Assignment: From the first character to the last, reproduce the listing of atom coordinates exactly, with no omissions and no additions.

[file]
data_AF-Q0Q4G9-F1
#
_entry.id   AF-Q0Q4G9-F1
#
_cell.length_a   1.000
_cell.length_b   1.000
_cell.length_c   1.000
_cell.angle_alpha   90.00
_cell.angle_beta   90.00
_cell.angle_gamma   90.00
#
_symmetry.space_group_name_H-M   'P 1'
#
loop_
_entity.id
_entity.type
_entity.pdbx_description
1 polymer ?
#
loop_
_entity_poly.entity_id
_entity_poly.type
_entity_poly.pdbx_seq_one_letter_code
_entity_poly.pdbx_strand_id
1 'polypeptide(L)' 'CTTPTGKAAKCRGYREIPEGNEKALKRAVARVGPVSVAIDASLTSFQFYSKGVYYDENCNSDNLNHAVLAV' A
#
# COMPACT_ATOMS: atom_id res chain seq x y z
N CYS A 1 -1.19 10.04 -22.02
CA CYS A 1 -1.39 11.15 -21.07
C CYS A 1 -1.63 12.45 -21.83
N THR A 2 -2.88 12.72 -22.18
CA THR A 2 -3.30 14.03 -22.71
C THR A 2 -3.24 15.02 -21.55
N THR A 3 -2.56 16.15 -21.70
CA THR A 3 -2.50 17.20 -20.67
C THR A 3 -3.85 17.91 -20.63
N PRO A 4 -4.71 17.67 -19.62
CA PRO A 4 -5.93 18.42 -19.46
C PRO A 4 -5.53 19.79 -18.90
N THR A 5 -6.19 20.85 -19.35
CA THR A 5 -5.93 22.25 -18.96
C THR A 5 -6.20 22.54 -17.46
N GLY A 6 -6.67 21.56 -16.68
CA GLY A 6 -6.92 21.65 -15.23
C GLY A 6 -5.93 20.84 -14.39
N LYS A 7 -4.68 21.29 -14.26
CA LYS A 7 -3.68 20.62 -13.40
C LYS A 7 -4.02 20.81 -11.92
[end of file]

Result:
data_AF-Q0Q4G9-F1
#
_entry.id   AF-Q0Q4G9-F1
#
_cell.length_a   1.000
_cell.length_b   1.000
_cell.length_c   1.000
_cell.angle_alpha   90.00
_cell.angle_beta   90.00
_cell.angle_gamma   90.00
#
_symmetry.space_group_name_H-M   'P 1'
#
loop_
_entity.id
_entity.type
_entity.pdbx_description
1 polymer ?
#
loop_
_entity_poly.entity_id
_entity_poly.type
_entity_poly.pdbx_seq_one_letter_code
_entity_poly.pdbx_strand_id
1 'polypeptide(L)' 'CTTPTGKAAKCRGYREIPEGNEKALKRAVARVGPVSVAIDASLTSFQFYSKGVYYDENCNSDNLNHAVLAV' A
#
# COMPACT_ATOMS: atom_id res chain seq x y z
N CYS A 1 -1.19 10.04 -22.02
CA CYS A 1 -1.39 11.15 -21.07
C CYS A 1 -1.63 12.45 -21.83
N THR A 2 -2.88 12.72 -22.18
CA THR A 2 -3.30 14.03 -22.71
C THR A 2 -3.24 15.02 -21.55
N THR A 3 -2.56 16.15 -21.70
CA THR A 3 -2.50 17.20 -20.67
C THR A 3 -3.85 17.91 -20.63
N PRO A 4 -4.71 17.67 -19.62
CA PRO A 4 -5.93 18.42 -19.46
C PRO A 4 -5.53 19.79 -18.90
N THR A 5 -6.19 20.85 -19.35
CA THR A 5 -5.93 22.25 -18.96
C THR A 5 -6.20 22.54 -17.46
N GLY A 6 -6.67 21.56 -16.68
CA GLY A 6 -6.92 21.65 -15.23
C GLY A 6 -5.93 20.84 -14.39
N LYS A 7 -4.68 21.29 -14.26
CA LYS A 7 -3.68 20.62 -13.40
C LYS A 7 -4.02 20.81 -11.92